Access to credit: do laws (really) protect women around the world?



Temps de lecture

3 min


Despite a growing number of legal measures, discrimination against women remains omnipresent throughout the world, and more specifically in terms of access to banking services. In 2008, for example, the Bank of Ghana enacted the Borrowers and Lenders Act, designed to prohibit all forms of discrimination in the allocation of credit. Yet, according to studies carried out by the International Finance Corporation (IFC), only 11% of companies receiving start-up financing are run by women.

In short, in 2018, over 70% of businesses that were in need of financing and run by women in developing countries were unable to obtain credit or were not allocated the amount requested. So, can we really consider that women-friendly legislation protects women’s access to credit?

In a recent study, we examined the effects of the presence of a law prohibiting discrimination in access to credit based on gender on access to credit for women.. We assessed whether these regulations encouraged women to apply for credit and whether the law limited gender selection bias within banking institutions.

Emotional discouragement

We began by observing that, on the demand side, i.e. female applicants for credit, a favorable legal framework substantially increases the number of loan applications from women. Why is this? The literature has repeatedly shown that women are much more risk-averse than their male counterparts. As a result, potential female loan applicants will tend to resign themselves more systematically if they are aware that their chances of being turned down are greater.

Our data also enabled us to identify discouragement explicitly linked to the fear of being turned down for a loan – in other words, emotional discouragement.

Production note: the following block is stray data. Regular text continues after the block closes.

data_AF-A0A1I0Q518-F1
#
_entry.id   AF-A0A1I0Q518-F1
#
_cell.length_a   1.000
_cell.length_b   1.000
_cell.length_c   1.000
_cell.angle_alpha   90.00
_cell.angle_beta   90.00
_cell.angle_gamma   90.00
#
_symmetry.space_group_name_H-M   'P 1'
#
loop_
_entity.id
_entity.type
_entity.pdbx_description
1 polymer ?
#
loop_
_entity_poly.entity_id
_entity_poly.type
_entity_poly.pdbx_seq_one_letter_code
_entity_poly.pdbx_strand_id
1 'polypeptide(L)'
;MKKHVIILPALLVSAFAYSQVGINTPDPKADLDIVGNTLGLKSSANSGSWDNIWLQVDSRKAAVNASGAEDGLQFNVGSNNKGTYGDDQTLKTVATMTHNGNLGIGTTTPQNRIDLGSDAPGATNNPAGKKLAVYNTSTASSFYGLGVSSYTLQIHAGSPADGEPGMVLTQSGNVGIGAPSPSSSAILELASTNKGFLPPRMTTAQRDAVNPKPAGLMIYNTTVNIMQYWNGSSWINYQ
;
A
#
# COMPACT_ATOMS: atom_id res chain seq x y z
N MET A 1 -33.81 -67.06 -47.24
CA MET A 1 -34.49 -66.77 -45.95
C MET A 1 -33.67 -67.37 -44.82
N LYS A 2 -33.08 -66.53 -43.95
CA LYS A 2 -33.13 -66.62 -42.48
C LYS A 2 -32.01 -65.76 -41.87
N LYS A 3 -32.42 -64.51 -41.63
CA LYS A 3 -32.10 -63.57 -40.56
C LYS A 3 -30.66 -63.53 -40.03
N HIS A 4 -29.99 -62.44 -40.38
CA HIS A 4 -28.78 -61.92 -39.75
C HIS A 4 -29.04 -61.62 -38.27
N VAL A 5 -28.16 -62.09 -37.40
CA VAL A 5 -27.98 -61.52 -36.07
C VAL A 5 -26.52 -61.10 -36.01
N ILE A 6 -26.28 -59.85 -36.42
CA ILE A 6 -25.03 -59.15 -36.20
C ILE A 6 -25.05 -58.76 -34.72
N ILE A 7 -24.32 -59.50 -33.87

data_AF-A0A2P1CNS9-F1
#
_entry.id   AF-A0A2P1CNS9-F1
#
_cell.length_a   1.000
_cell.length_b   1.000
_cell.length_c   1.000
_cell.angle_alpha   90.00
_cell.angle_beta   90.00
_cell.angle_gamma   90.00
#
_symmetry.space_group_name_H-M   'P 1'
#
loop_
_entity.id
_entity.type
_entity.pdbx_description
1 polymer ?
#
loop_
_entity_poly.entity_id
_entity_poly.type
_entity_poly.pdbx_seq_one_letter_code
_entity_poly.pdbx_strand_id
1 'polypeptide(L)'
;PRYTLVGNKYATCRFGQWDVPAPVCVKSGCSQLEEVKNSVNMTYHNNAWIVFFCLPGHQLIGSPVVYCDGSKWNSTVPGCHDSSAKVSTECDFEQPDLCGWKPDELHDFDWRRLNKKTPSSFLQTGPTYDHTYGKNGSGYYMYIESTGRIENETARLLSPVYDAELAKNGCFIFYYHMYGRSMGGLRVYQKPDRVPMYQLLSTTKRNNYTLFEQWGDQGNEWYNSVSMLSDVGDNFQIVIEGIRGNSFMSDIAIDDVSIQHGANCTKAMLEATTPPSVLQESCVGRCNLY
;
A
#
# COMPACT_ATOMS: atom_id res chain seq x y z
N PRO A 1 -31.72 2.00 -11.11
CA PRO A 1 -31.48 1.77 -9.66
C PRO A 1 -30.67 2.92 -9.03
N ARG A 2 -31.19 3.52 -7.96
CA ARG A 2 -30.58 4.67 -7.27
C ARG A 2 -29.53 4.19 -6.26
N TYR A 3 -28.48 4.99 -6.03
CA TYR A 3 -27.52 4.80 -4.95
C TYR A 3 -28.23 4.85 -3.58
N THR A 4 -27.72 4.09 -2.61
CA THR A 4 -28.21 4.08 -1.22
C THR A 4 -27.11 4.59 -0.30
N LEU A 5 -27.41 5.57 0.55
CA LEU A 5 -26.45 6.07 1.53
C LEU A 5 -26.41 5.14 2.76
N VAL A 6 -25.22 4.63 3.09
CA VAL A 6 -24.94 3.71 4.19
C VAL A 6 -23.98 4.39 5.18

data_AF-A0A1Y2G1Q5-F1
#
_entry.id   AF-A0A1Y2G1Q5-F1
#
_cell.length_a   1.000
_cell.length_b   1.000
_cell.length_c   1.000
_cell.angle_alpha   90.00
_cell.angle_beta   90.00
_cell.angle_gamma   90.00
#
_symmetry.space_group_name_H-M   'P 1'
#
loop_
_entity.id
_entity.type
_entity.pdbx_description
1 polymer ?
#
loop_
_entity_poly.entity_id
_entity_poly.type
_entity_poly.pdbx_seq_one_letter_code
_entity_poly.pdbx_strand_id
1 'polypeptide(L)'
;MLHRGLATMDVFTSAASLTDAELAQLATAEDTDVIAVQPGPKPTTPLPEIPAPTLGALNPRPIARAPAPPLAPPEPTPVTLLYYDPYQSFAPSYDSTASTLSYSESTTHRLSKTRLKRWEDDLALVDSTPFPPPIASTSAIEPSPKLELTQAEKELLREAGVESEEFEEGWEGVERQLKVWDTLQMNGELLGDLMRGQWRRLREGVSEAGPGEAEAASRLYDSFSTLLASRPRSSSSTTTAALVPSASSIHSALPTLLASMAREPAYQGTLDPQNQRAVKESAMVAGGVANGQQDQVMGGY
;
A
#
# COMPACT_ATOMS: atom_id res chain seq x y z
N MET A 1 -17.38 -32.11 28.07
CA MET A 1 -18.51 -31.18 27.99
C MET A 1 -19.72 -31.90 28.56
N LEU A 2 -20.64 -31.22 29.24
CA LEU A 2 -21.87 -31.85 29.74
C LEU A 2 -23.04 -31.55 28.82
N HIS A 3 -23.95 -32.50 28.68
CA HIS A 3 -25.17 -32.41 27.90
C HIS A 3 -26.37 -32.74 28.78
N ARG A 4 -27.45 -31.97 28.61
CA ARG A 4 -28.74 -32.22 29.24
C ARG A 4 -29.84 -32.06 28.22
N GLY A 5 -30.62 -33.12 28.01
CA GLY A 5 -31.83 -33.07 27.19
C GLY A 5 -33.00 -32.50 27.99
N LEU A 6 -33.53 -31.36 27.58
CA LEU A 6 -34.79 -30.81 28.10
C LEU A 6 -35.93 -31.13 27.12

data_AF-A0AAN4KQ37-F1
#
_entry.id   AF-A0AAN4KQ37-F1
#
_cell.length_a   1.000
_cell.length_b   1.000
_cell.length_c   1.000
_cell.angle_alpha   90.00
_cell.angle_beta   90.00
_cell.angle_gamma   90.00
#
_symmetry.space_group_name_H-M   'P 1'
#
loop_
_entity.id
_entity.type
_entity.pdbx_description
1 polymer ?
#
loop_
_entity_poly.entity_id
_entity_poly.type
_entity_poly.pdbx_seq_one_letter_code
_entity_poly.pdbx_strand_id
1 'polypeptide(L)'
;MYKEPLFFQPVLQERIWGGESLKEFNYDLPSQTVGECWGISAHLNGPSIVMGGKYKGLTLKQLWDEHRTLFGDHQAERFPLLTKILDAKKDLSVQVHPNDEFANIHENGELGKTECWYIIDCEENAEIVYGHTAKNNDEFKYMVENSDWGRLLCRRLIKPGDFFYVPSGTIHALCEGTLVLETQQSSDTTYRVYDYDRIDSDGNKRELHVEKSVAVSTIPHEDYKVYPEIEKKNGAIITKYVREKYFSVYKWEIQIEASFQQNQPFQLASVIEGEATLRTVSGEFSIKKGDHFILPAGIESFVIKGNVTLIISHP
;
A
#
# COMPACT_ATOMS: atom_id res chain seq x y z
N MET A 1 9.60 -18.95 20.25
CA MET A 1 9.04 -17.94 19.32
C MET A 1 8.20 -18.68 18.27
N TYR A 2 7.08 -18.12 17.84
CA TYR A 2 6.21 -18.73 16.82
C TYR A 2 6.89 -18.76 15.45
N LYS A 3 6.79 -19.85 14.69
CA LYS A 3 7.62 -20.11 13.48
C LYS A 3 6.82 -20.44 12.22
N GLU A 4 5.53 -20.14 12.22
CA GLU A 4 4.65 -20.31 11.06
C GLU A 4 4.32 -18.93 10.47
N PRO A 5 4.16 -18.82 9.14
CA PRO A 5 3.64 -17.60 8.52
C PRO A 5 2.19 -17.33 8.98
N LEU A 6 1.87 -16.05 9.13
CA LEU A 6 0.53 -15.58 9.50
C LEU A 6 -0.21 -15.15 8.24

Emotional discouragement was also moderated if the country studied had an anti-discriminatory clause: women’s reasoning is more emotionally based and they are more sensitive to peer pressure, and therefore to the probability of receiving a negative response to their application. Women therefore perceive the legal framework as a determining factor in terms of access to credit.

What about the effect of local culture? The results remain similar, even when taking into account the degree of masculinity, i.e. the level of distinction between exclusively female and exclusively male roles. However, we observe that the effect of the legal framework on women’s discouragement can be impacted by the religious context.

Enforcing the law

However, on the supply side, a legal environment favorable to women does not seem to infer in the decision-making of banking institutions. Despite explicit jurisdiction, lenders’ behavior towards female applicants remains unchanged, even taking into account the applicant’s level of risk.

This observation suggests a dichotomy between De jure and De facto. In other words, a gap persists between formal legal requirements and operational reality. This is due to the supposed prevalence of social norms over the current legal framework, resulting from social pressure, or simply from habits.

Even if a population is convinced of the need to enact and apply a law, the latter remains insufficient if no one has a direct interest in acting practically in accordance with it. In such a context, the primacy of the law (commonly referred to as “Rule of Law”) is the only way to determine the level of convergence between the law as passed and its application.

Thus, to counteract the quasi-immutability of conditions of access to credit for women, governments and their judicial bodies should henceforth make it a priority to ensure that enacted laws are enforced.


This is a translated version of the article originally published on the Conversation France.

The original article in French can be viewed here.

Caroline Perrin, Université de Strasbourg and Jérémie Bertrand, IÉSEG School of Management.

Laurent Weill, Professor of Economics and Finance at the University of Strasbourg, supervised the writing of the article that was published in French.

The Conversation

Category (ies)

Economics & Finance




Finance / Banking

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